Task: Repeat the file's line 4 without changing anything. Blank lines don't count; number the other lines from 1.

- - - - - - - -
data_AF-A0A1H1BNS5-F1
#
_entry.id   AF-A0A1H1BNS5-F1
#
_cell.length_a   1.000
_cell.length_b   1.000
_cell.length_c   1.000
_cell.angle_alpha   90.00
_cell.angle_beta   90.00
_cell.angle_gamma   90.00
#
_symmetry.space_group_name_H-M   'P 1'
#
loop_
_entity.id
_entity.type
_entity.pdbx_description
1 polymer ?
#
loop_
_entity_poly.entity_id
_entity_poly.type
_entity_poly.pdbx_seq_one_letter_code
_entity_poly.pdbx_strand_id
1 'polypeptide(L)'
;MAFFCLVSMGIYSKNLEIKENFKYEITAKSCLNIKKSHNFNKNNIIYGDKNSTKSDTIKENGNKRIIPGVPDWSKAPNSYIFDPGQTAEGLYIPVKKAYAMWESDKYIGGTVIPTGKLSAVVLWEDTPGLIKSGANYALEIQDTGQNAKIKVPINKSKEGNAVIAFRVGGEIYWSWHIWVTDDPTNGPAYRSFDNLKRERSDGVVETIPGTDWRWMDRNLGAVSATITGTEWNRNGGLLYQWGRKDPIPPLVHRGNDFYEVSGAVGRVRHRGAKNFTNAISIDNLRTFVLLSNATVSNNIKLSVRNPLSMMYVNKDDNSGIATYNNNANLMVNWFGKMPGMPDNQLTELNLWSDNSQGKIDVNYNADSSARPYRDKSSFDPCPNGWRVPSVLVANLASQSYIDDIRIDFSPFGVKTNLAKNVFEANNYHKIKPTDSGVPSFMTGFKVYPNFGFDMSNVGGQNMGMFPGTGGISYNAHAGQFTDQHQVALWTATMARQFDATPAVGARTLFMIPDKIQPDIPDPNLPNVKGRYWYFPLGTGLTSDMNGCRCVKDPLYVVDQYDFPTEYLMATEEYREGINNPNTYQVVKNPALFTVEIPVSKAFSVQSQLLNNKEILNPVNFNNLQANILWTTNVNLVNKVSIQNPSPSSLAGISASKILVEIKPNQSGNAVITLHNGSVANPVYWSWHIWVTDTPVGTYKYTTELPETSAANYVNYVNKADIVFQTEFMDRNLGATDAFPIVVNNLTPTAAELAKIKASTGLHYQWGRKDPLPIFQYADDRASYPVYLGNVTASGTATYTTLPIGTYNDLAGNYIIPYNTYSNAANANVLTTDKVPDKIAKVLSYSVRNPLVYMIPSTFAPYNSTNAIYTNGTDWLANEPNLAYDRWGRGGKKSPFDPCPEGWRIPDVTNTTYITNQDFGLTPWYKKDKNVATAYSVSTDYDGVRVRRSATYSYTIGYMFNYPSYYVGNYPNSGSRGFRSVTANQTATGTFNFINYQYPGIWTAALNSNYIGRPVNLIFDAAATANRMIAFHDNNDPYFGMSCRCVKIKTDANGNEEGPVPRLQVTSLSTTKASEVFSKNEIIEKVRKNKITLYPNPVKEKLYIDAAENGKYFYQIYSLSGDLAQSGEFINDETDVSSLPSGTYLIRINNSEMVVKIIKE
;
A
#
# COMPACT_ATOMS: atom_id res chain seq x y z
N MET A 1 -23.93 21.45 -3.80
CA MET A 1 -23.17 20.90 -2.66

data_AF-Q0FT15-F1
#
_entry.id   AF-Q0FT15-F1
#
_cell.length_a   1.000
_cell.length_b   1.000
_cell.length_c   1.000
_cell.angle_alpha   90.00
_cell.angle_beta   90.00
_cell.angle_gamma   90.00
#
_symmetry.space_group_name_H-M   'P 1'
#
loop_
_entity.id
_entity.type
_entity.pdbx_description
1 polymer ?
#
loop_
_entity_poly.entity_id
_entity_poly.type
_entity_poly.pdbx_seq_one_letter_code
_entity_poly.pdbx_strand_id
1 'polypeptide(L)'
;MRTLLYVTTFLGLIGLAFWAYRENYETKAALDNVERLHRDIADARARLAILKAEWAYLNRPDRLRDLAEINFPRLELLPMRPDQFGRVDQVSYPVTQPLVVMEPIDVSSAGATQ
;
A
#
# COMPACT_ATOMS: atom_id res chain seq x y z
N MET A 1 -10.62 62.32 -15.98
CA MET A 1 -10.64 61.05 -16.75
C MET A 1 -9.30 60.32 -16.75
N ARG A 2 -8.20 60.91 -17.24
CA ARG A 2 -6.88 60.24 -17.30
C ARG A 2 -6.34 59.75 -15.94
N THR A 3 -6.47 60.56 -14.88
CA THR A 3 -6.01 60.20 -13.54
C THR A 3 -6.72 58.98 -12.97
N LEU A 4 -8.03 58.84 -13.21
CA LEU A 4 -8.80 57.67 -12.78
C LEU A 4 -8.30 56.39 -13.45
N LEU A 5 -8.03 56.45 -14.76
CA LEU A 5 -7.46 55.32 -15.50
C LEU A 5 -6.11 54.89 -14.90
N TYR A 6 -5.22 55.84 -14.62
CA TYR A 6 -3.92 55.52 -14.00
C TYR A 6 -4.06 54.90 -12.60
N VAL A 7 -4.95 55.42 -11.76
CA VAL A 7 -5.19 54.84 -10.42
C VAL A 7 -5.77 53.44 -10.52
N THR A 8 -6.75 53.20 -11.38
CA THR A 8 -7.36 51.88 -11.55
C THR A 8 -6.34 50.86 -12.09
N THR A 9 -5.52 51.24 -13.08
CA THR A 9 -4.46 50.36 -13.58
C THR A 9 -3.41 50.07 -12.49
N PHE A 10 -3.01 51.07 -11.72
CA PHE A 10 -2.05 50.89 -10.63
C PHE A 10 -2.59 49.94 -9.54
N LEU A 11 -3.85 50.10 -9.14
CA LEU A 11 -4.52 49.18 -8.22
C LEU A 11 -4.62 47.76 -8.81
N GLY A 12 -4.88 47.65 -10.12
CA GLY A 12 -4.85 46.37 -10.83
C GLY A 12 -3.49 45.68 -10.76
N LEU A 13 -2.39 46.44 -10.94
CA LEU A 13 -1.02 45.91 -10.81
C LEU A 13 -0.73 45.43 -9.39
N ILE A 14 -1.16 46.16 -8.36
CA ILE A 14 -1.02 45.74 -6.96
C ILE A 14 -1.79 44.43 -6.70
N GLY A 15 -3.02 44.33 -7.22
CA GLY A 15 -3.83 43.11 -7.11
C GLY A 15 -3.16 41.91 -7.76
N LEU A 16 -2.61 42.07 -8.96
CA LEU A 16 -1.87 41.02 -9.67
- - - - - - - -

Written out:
#